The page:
Russia (rɐˈsʲijə), officially the Russian Federation (p), is a country in Eurasia. At, Russia is the largest country in the world by area, covering more than one-eighth of the Earth's inhabited land area, and the ninth most populous, with over 144 million people as of December 2017, excluding Crimea. About 77% of the population live in the western, European part of the country. Russia's capital Moscow is one of the largest cities in the world; other major cities include Saint Petersburg, Novosibirsk, Yekaterinburg and Nizhny Novgorod. Extending across the entirety of Northern Asia and much of Eastern Europe, Russia spans eleven time zones and incorporates a wide range of environments and landforms. From northwest to southeast, Russia shares land borders with Norway, Finland, Estonia, Latvia, Lithuania and Poland (both with Kaliningrad Oblast), Belarus, Ukraine, Georgia, Azerbaijan, Kazakhstan, China, Mongolia and North Korea. It shares maritime borders with Japan by the Sea of Okhotsk and the U.S. state of Alaska across the Bering Strait. The East Slavs emerged as a recognizable group in Europe between the 3rd and 8th centuries AD. Founded and ruled by a Varangian warrior elite and their descendants, the medieval state of Rus arose in the 9th century. In 988 it adopted Orthodox Christianity from the Byzantine Empire, beginning the synthesis of Byzantine and Slavic cultures that defined Russian culture for the next millennium. Rus' ultimately disintegrated into a number of smaller states; most of the Rus' lands were overrun by the Mongol invasion and became tributaries of the nomadic Golden Horde in the 13th century. The Grand Duchy of Moscow gradually reunified the surrounding Russian principalities, achieved independence from the Golden Horde. By the 18th century, the nation had greatly expanded through conquest, annexation, and exploration to become the Russian Empire, which was the third largest empire in history, stretching from Poland on the west to Alaska on the east. Following the Russian Revolution, the Russian Soviet Federative Socialist Republic became the largest and leading constituent of the Union of Soviet Socialist Republics, the world's first constitutionally socialist state. The Soviet Union played a decisive role in the Allied victory in World War II, and emerged as a recognized superpower and rival to the United States during the Cold War. The Soviet era saw some of the most significant technological achievements of the 20th century, including the world's first human-made satellite and the launching of the first humans in space. By the end of 1990, the Soviet Union had the world's second largest economy, largest standing military in the world and the largest stockpile of weapons of mass destruction. Following the dissolution of the Soviet Union in 1991, twelve independent republics emerged from the USSR: Russia, Ukraine, Belarus, Kazakhstan, Uzbekistan, Armenia, Azerbaijan, Georgia, Kyrgyzstan, Moldova, Tajikistan, Turkmenistan and the Baltic states regained independence: Estonia, Latvia, Lithuania; the Russian SFSR reconstituted itself as the Russian Federation and is recognized as the continuing legal personality and a successor of the Soviet Union. It is governed as a federal semi-presidential republic. The Russian economy ranks as the twelfth largest by nominal GDP and sixth largest by purchasing power parity in 2015. Russia's extensive mineral and energy resources are the largest such reserves in the world, making it one of the leading producers of oil and natural gas globally. The country is one of the five recognized nuclear weapons states and possesses the largest stockpile of weapons of mass destruction. Russia is a great power as well as a regional power and has been characterised as a potential superpower. It is a permanent member of the United Nations Security Council and an active global partner of ASEAN, as well as a member of the G20, the Shanghai Cooperation Organisation (SCO), the Council of Europe, the Asia-Pacific Economic Cooperation (APEC), the Organization for Security and Co-operation in Europe (OSCE), and the World Trade Organization (WTO), as well as being the leading member of the Commonwealth of Independent States (CIS), the Collective Security Treaty Organization (CSTO) and one of the five members of the Eurasian Economic Union (EEU), along with Armenia, Belarus, Kazakhstan and Kyrgyzstan.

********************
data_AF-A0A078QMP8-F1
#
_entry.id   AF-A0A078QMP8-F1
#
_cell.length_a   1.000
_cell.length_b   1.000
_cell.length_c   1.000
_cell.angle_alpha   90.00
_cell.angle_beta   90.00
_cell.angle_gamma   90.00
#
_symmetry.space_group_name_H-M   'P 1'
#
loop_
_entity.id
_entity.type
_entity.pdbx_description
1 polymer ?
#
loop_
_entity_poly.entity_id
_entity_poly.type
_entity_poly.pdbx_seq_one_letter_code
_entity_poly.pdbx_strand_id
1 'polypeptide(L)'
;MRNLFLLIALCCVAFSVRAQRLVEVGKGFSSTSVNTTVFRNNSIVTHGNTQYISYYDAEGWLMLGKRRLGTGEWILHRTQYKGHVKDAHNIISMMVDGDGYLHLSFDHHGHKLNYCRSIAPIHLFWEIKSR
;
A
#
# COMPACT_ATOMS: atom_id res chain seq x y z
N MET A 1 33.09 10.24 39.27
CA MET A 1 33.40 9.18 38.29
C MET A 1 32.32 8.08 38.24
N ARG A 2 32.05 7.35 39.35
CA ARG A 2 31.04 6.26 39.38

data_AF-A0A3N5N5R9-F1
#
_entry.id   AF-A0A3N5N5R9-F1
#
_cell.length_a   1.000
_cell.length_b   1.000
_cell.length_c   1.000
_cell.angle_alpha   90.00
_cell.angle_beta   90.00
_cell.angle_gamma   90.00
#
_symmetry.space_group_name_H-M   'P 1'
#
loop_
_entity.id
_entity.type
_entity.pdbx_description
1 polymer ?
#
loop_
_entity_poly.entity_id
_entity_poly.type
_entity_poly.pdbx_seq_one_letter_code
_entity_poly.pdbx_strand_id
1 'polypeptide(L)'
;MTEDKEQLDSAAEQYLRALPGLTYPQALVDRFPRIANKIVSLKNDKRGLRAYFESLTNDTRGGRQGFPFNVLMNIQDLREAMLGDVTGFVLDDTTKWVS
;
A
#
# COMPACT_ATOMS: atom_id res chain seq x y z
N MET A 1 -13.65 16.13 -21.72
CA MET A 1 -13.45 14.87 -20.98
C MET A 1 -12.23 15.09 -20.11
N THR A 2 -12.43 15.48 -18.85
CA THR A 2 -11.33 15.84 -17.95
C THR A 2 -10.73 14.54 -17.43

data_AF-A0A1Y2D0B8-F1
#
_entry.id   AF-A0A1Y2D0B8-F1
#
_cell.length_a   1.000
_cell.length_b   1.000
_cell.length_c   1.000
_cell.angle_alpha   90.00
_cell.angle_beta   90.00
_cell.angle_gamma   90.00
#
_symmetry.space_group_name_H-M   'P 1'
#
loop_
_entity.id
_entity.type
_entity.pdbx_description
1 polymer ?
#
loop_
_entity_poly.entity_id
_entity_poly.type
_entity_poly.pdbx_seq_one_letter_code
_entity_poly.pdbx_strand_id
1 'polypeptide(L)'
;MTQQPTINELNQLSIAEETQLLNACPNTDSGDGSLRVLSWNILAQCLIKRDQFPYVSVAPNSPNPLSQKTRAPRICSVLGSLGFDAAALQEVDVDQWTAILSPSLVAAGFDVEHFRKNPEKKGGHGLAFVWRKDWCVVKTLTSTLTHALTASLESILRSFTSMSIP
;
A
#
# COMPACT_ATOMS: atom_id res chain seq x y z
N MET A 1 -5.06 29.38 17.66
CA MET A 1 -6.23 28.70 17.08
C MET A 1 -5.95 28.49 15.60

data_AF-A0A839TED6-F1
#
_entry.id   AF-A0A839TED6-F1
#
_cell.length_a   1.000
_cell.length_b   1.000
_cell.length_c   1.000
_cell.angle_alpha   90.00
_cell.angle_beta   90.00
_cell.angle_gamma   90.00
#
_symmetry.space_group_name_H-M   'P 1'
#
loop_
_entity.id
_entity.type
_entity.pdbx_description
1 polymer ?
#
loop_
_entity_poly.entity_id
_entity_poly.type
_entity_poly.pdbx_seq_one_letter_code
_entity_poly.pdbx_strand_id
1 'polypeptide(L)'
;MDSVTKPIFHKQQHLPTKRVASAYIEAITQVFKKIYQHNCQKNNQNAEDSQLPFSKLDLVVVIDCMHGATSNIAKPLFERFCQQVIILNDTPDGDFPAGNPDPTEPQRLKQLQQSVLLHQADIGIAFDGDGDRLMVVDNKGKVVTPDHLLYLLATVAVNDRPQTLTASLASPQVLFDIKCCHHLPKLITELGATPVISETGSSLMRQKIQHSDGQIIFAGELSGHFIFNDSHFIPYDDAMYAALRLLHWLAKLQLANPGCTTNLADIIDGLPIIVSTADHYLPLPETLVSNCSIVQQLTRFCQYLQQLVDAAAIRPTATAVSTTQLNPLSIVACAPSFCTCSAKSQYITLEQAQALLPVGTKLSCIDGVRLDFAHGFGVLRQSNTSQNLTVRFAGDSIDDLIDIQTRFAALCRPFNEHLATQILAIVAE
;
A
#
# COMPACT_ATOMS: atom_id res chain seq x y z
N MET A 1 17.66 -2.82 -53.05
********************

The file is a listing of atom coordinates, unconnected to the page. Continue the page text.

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Salomon Brothers

Salomon Brothers was an investment bank founded in 1910 by three Jewish-American brothers (Arthur, Herbert and Percy) along with a clerk named Ben Levy, it remained a partnership until the early 1980s, when it was acquired by the commodity trading firm Phibro Corporation and became Salomon Inc. Eventually, Salomon (NYSE:SB) was acquired by Travelers Group in 1998; and, following the latter's merger with Citicorp that same year, Salomon became part of Citigroup.

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Singapore

Singapore, officially the Republic of Singapore, is a sovereign city-state and island country in Southeast Asia.

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South Korea

South Korea, officially the Republic of Korea (대한민국; Hanja: 大韓民國; Daehan Minguk,; lit. "The Great Country of the Han People"), is a country in East Asia, constituting the southern part of the Korean Peninsula and lying east to the Asian mainland.

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Swap (finance)

A swap is a derivative contract where two parties exchange financial instruments.

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Swaption

A swaption is an option granting its owner the right but not the obligation to enter into an underlying swap.

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United Kingdom

The United Kingdom of Great Britain and Northern Ireland, commonly known as the United Kingdom (UK) or Britain,Usage is mixed with some organisations, including the and preferring to use Britain as shorthand for Great Britain is a sovereign country in western Europe.

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United States dollar

The United States dollar (sign: $; code: USD; also abbreviated US$ and referred to as the dollar, U.S. dollar, or American dollar) is the official currency of the United States and its insular territories per the United States Constitution since 1792.

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Uzbekistan

Uzbekistan, officially also the Republic of Uzbekistan (Oʻzbekiston Respublikasi), is a doubly landlocked Central Asian Sovereign state.

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World Bank

The World Bank (Banque mondiale) is an international financial institution that provides loans to countries of the world for capital projects.

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Redirects here:

Cross currency swap, Currency-swap, Swap line.

References

[1] https://en.wikipedia.org/wiki/Currency_swap